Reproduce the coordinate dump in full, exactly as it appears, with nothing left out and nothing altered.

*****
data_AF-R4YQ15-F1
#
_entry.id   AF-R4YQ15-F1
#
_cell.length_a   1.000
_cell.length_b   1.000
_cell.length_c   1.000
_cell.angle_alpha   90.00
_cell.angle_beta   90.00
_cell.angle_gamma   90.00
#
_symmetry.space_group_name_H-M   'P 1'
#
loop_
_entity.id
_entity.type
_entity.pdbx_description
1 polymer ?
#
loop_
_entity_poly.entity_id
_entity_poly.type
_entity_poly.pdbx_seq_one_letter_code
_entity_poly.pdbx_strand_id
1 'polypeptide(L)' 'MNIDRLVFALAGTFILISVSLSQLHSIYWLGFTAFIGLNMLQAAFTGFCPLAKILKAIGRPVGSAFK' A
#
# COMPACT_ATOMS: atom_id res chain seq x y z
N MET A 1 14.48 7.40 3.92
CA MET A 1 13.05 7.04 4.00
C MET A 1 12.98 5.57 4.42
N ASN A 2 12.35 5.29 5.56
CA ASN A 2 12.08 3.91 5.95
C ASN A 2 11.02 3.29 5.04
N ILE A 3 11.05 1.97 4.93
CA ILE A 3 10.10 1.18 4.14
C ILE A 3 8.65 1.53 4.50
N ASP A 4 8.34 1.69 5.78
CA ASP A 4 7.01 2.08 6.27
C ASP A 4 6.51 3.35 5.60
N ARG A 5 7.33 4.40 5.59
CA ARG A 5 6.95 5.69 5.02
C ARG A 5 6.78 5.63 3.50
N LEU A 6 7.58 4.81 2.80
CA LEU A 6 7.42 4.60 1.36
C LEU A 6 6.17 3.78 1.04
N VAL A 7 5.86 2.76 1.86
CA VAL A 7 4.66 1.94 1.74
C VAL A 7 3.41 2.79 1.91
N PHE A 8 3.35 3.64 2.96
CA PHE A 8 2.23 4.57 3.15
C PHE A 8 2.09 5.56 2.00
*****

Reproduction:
data_AF-R4YQ15-F1
#
_entry.id   AF-R4YQ15-F1
#
_cell.length_a   1.000
_cell.length_b   1.000
_cell.length_c   1.000
_cell.angle_alpha   90.00
_cell.angle_beta   90.00
_cell.angle_gamma   90.00
#
_symmetry.space_group_name_H-M   'P 1'
#
loop_
_entity.id
_entity.type
_entity.pdbx_description
1 polymer ?
#
loop_
_entity_poly.entity_id
_entity_poly.type
_entity_poly.pdbx_seq_one_letter_code
_entity_poly.pdbx_strand_id
1 'polypeptide(L)' 'MNIDRLVFALAGTFILISVSLSQLHSIYWLGFTAFIGLNMLQAAFTGFCPLAKILKAIGRPVGSAFK' A
#
# COMPACT_ATOMS: atom_id res chain seq x y z
N MET A 1 14.48 7.40 3.92
CA MET A 1 13.05 7.04 4.00
C MET A 1 12.98 5.57 4.42
N ASN A 2 12.35 5.29 5.56
CA ASN A 2 12.08 3.91 5.95
C ASN A 2 11.02 3.29 5.04
N ILE A 3 11.05 1.97 4.93
CA ILE A 3 10.10 1.18 4.14
C ILE A 3 8.65 1.53 4.50
N ASP A 4 8.34 1.69 5.78
CA ASP A 4 7.01 2.08 6.27
C ASP A 4 6.51 3.35 5.60
N ARG A 5 7.33 4.40 5.59
CA ARG A 5 6.95 5.69 5.02
C ARG A 5 6.78 5.63 3.50
N LEU A 6 7.58 4.81 2.80
CA LEU A 6 7.42 4.60 1.36
C LEU A 6 6.17 3.78 1.04
N VAL A 7 5.86 2.76 1.86
CA VAL A 7 4.66 1.94 1.74
C VAL A 7 3.41 2.79 1.91
N PHE A 8 3.35 3.64 2.96
CA PHE A 8 2.23 4.57 3.15
C PHE A 8 2.09 5.56 2.00